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Growing Demand For Apartments In Sydney Suburbs

There’s growing evidence of a trend in Australia’s biggest cities of rising demand for apartments, both for reasons of affordability and reasons of lifestyle.

In the most expensive capital cities, more people are opting for apartments in suburbs where houses are too pricey, but apartments cost less than half the price of houses.

We’re seeing it in inner-city and middle-ring suburbs in Sydney, as well as Melbourne and Brisbane.

In some of these locations, typical houses may cost $2 million but mainstream apartments in the same suburbs are available in the $700,000s or $800,000s.

This trend has been particularly noticeable in Sydney in areas such as the Inner West local government area or in the Canterbury-Bankstown LGA.

We’ve just completed an analysis of prices throughout Greater Sydney, with a focus on price performance in the three months to February 2023 – before we started to see widespread evidence of prices rising again in Sydney.

Many of the major research sources such as Domain, PropTrack, SQM Research and CoreLogic recorded growth in Sydney’s median house price and median unit price in February, March and April, despite the economic disruption going on in the background, particularly the continuing increases in interest rates.

But many individual Sydney suburbs had price growth before that general city-wide trend clicked in.

In examining price data for suburbs right across Greater Sydney for the three months to February 2023, we found 60 suburbs where the median house price had decreased but the median apartment price had increased.

This supports our theory that there is growing demand for apartments in these locations.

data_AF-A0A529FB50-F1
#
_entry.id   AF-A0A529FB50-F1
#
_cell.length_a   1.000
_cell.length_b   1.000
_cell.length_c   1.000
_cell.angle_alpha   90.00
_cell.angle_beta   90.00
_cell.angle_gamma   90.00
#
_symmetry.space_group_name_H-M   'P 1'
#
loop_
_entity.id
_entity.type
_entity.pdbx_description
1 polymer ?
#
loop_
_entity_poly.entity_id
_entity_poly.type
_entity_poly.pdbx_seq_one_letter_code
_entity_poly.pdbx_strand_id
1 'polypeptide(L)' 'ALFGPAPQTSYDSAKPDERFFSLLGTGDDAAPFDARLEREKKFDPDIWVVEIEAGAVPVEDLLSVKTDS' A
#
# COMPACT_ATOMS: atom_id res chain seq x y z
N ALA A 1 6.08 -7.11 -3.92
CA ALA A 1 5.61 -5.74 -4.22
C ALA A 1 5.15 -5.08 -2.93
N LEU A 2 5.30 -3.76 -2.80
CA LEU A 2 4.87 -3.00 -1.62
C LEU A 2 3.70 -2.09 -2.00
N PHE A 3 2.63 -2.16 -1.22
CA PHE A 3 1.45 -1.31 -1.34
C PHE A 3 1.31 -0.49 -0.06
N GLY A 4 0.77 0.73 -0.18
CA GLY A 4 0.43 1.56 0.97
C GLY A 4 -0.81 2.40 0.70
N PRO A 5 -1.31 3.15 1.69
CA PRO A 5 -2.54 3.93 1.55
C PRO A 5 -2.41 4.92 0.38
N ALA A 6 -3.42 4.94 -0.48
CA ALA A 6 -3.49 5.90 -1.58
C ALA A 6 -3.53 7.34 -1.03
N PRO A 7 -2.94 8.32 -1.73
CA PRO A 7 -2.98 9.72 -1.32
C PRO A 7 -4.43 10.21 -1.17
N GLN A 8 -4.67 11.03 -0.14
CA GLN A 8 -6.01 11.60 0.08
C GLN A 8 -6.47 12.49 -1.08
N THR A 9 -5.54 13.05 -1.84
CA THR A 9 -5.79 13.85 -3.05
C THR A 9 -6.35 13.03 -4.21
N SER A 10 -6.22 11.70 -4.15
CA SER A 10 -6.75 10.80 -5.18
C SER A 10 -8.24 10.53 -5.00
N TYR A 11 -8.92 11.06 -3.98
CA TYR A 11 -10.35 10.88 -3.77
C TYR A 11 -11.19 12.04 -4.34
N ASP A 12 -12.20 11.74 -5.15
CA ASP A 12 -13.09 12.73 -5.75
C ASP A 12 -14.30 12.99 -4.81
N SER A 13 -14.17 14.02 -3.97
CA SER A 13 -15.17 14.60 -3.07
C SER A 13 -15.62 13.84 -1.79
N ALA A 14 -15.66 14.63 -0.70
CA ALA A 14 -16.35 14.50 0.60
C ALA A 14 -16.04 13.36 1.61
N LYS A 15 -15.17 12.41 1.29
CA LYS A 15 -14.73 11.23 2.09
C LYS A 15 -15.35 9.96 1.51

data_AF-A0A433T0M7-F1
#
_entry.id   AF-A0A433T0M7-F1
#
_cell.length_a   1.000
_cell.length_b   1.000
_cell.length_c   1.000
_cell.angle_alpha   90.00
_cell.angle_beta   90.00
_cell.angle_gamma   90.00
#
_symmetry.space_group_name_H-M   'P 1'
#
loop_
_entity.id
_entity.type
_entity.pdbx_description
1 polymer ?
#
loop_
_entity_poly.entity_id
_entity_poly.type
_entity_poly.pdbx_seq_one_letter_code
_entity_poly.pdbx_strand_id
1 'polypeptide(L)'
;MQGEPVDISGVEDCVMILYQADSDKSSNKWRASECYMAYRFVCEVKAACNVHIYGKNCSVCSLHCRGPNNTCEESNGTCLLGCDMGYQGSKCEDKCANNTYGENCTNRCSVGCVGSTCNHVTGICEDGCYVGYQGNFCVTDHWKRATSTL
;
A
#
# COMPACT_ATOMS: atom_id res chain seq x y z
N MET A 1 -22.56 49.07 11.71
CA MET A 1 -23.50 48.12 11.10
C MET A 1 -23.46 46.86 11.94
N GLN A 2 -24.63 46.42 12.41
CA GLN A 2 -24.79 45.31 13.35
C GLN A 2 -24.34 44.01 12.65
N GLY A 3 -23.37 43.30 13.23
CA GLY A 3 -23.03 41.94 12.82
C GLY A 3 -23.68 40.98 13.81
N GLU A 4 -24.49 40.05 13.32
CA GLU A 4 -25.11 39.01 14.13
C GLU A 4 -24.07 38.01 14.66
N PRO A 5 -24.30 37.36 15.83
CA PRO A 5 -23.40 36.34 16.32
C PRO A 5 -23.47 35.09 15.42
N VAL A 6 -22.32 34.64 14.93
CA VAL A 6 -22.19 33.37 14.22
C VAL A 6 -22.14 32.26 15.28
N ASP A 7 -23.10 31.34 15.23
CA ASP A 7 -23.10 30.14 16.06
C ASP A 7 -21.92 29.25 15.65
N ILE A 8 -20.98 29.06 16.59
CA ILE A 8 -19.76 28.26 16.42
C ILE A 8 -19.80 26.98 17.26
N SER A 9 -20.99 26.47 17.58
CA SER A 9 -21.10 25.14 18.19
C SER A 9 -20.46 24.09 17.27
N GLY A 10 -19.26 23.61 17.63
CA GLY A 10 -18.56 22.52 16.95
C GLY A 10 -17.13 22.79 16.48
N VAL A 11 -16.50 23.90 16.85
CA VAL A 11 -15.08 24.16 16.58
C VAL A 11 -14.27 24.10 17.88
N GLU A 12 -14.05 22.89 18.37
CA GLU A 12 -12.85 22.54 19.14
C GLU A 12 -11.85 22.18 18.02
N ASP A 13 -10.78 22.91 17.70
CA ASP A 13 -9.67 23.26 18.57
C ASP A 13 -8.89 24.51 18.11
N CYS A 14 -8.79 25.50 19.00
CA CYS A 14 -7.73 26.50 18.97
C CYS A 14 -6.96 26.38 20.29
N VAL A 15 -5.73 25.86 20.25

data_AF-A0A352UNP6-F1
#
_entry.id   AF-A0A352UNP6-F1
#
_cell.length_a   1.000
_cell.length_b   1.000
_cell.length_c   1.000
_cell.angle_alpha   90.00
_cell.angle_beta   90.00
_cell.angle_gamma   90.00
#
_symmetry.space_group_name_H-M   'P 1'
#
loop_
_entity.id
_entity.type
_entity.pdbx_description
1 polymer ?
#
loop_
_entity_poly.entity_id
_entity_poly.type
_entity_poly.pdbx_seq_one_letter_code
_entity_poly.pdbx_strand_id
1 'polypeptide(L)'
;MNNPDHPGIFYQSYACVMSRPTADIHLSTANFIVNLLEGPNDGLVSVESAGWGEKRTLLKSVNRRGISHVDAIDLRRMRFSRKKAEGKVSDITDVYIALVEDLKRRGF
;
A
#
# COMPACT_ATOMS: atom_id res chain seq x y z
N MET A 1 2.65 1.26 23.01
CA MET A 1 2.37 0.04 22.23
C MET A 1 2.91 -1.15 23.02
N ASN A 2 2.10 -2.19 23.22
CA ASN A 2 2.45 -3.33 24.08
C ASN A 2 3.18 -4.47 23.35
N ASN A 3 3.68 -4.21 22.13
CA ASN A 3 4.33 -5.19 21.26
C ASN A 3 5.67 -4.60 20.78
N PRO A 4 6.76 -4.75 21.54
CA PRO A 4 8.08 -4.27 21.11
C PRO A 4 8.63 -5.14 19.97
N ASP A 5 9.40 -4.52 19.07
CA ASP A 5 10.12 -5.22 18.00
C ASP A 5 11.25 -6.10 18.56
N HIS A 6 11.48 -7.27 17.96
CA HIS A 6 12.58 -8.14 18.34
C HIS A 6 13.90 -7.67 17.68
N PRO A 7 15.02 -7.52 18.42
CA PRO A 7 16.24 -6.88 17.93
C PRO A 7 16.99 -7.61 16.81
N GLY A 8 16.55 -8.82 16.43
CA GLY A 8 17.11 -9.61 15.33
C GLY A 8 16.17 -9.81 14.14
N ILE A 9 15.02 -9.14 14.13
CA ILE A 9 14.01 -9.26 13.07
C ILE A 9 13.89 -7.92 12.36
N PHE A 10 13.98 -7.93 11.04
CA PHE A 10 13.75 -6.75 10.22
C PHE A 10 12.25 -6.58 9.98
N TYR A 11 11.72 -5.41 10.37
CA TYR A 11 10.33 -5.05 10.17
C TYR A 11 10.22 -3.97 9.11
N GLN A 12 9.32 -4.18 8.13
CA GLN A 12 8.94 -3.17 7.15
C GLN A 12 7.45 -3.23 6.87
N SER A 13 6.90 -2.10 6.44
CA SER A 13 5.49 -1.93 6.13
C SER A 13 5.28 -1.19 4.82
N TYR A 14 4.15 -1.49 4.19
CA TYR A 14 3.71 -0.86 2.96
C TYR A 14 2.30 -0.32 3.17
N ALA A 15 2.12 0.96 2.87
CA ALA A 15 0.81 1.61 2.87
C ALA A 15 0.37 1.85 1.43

In St Peters in the Inner West LGA, the median house price fell 1.2% to $1.5 million in the quarter under review, but the median apartment price rose 1.6% to $950,000.

In Rockdale in the Georges River LGA, the median house price fell 2.5% to $1.57 million, but the median apartment price rose 4.5% to $705,000.

Not the price differential there, with the median for apartments in Rockdale less than half that for houses in that location.

The difference is even greater in upmarket Neutral Bay, where the median house price is $3 million (after a 1.6% quarterly decrease) and the median apartment price is $1.18 million, after a 2% quarterly rise.

In Belmore in the City of Canterbury-Bankstown, the median house price is $1.39 million but the median for apartments is $550,000 – with houses falling and unit prices rising in the quarter under review.

Other suburbs which are part of this trend include Balmain, Bronte, Clovelly, Kogarah, Manly, MonaVale, Petersham, Vaucluse and Wahroonga.

There are many other examples – and it suggests, taken with other evidence we have been gathering over the past six months or so, that one of the dominant paradigms of real estate may be shifting.

That paradigm dictates that houses on land always show better growth than do attached dwellings with little land content.

We think there is evidence around Australia from the past year or two, that this may be changing.

Demand for apartments comes from a number of different cohorts in the property market, including …

  • first-home buyers,
  • affordable lifestyle seeker
  • and down-sizers, … with the down-sizing market becoming increasingly prominent.

The full list of suburbs across Greater Sydney, where median house prices fell but median unit prices rose in the three months to February 2023 is quite extensive – and it indicates that this is a significant trend which may have longevity.

Our new Top 5 Sydney Hotspots report features five precincts which we think have good prospects for future capital growth in both the house and apartment markets.

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